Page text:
Porto de Suape (Port of Suape)
Ports and Terminals

Port of Suape breaks all-time throughput record

Jan, 26, 2020 Posted by Sylvia Schandert

Week 202005

The Port of Suape set a new historical record in 2019 handling 23.8 million tons of cargo, up 2% compared to the previous year when 23.4 million tons were handled. A previous record had been broken in 2017, when 23.6 million tons.

The result is sign of economic recovery, but is also directly associated with a cargo diversification strategy by the port management. Containerized cargoes at the port also set a historic record, registering a 5.7% rise, from 5 million tons in 2018 to 5.3 million. This was equivalent to 4.7% growth in TEU (from 454,721 to 476,304).

The amount of liquid bulk cargoes (fuels, LPG, mineral oils, etc) handled remained stable, growing 0.1%, rising from 17.624 to 17.634 million tons. As a result, Suape consolidated its position as the largest liquid bulk port in the country. Liquid bulk cargoes represent 74% of all cargo handled at the port and are the main reason that Suape is the main cabotage port in Brazil. The port is used as a hub, attending large ships and distributing cargoes to other terminals on smaller ships.

Break bulk cargoes grew the most out of all types of cargo, closing the year with 386,500 tons, a 54.8% increase. In the previous year the total handled was 249,600 tons. Break bulk cargo includes commodities such as sugar in bags (346% growth), tower and wind turbine equipment (increase of 323%), steel sheets and coils (increase of 77%), billets and vehicles, among others. The large increase in break bulk cargoes was driven by sugar exports to Africa and Turkey, as well as steel shipments to Colombia, Peru, Jamaica and Canada.

Dry bulk cargo registered 5.5% growth, closing the year on 490,800 tons, 25,000 tons more than in 2018. The rise was driven by the first coke shipment from the Abreu e Lima Refinery (RNEST), carrying 31,000 tons to China. Wheat and slag make up the rest of the dry bulk cargoes. The number of ships that called at the Port of Suape rose from 1,461 to 1,474 in 2019.

Imports increased 8.7% in 2019, totaling 5.62 million tons, 450,000 tons more than in 2018. Cargo exports fell 5.3%, totaling 2.33 million tons last year compared to 2.46 million in 2018. One of the main factors driving the drop was the vehicles sector, which fell to 46,721 units in 2019, 19,563 units less than in 2018. This drop was caused by the economic crisis in Argentina, the main destination of Brazil’s vehicle exports via Suape. Despite the drop, Suape continues to be the port that handles the most vehicles in the Northeast.

New business – 2019 was marked by the opening of three projects in the Suape Complex. Aché Laboratórios Farmacêuticos opened the first stage of its factory in October. Built on an area 250,000 square meters, the new plant will produce, package and distribute medicines to the entire Northeast region. Investments are in the order of R $ 660 million.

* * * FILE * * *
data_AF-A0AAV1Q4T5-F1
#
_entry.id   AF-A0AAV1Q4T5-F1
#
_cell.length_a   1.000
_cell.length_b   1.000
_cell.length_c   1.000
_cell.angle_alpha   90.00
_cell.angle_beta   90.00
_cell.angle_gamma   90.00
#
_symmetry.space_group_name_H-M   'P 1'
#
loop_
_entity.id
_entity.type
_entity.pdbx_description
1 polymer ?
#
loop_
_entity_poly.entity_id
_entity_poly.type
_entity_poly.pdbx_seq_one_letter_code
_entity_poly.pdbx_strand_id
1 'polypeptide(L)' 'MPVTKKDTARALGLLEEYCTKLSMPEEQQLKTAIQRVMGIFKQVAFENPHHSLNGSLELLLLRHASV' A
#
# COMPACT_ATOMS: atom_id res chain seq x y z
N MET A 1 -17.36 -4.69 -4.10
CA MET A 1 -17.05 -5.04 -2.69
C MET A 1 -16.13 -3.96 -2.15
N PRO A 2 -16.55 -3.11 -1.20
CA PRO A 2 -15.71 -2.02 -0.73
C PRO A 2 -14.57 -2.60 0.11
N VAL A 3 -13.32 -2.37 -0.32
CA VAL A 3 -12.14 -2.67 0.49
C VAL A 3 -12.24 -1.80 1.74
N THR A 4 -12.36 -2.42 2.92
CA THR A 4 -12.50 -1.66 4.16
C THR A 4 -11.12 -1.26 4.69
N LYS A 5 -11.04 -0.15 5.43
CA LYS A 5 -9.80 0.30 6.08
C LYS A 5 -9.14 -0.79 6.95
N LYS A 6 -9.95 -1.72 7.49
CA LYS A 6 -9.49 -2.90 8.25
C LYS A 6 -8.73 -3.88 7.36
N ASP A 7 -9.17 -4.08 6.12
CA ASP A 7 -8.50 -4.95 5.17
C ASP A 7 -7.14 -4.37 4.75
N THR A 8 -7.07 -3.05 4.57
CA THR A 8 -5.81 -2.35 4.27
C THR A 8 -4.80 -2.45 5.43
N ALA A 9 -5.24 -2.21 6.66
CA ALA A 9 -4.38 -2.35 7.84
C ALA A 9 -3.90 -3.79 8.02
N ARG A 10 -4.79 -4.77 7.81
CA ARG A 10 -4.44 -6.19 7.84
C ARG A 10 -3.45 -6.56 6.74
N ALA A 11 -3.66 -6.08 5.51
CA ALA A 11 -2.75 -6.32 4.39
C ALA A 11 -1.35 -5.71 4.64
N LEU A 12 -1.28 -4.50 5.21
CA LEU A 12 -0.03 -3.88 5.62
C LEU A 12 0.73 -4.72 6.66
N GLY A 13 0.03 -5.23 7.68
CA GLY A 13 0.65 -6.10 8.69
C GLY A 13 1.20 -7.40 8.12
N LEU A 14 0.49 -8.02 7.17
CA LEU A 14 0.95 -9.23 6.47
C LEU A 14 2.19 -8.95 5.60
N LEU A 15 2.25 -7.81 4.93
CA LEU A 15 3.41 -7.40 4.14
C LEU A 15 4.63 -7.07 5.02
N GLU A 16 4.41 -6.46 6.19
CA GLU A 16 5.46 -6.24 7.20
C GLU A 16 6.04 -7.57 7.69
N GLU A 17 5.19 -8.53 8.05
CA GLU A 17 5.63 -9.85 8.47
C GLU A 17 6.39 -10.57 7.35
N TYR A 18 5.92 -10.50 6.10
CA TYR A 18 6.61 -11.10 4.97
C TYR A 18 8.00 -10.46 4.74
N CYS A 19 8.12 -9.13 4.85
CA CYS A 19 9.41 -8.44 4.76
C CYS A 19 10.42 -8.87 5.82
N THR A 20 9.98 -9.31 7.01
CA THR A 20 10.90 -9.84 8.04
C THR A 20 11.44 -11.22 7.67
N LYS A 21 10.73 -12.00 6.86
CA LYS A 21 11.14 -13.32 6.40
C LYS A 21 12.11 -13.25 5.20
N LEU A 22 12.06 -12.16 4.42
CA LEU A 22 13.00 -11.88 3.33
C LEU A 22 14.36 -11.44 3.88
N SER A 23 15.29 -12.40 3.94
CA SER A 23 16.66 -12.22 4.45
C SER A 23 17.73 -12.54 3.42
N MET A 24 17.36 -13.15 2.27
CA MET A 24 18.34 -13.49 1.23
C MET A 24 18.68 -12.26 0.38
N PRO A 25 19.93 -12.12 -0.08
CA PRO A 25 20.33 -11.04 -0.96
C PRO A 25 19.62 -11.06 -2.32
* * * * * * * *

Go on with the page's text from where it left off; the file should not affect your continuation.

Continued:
In May, Camil Alimentos, a rice, beans and sugar processing plant, was inaugurated. With an investment of R$ 22 million and 170 direct and indirect jobs, Camil has 6,500 m² of built area and a production capacity of 10,000 tons per month. At the end of the year, SIW Kits Eólico started its operations, occupying 7.66 hectares of area and generating 40 direct and 30 indirect jobs. The industry came to integrate the Suape wind farm, initially serving LM Wind Power, a manufacturer of wind blades that belongs to the GE group and has been operating in the Suape Complex since 2013.

Prospects for 2020 – The expected return of managerial autonomy to the Port of Suape will be one of the milestones of 2020. At the end of December last year, the port filed that request with the National Secretariat of Ports, proving its compliance with the indicators established in Ordinance No. 574 / 2018 of the Ministry of Infrastructure, which created the Port Authority Management Index (IGAP). The response is expected to come out in the first half of the year.

The participation of a private partner in the management of the Port of Suape is important. A study on the feasibility of the initiative was agreed between the State Government and the Ministry of Infrastructure. The idea is for the private sector to take over management of the port area, with the State remaining the ultimate owner.

The move is seen as important for Suape to be able to speed up the bidding processes for new terminals, to manage port leasing contracts and to inspect operators. An answer is expected towards the end of the year as the matter evolves throughout 2020.

Another great expectation for this year is the bidding for the lease of the second container terminal at the Port of Suape. The process went through adjustments in the TCU and should be launched by Antaq soon. Tecon 2 should receive R $ 1.2 billion in private investments and will play an important in enhancing Suape as a national hub port.

Three truck sorting yards will also be inaugurated this year with 500 static spaces each.

Another initiative that will be consolidated this year is the implementation of SuapeGeo. The project will unite several technologies such as geoprocessing and geolocation, among others. As a result it will consolidate information on Suape’s territory and on the dynamics of how it interacts with the different players. One of the gains will be the more precise identification and characterization of the geographical space, helping to negotiate areas for companies to set up, in addition to supporting the fight against deforestation and invasions.

There is a prospect of resuming the implementation of the Suape Branch of the Transnordestina Railway, as the State Government has been building deals with the Ministry of Infrastructure to find a solution to the continuity of the work.

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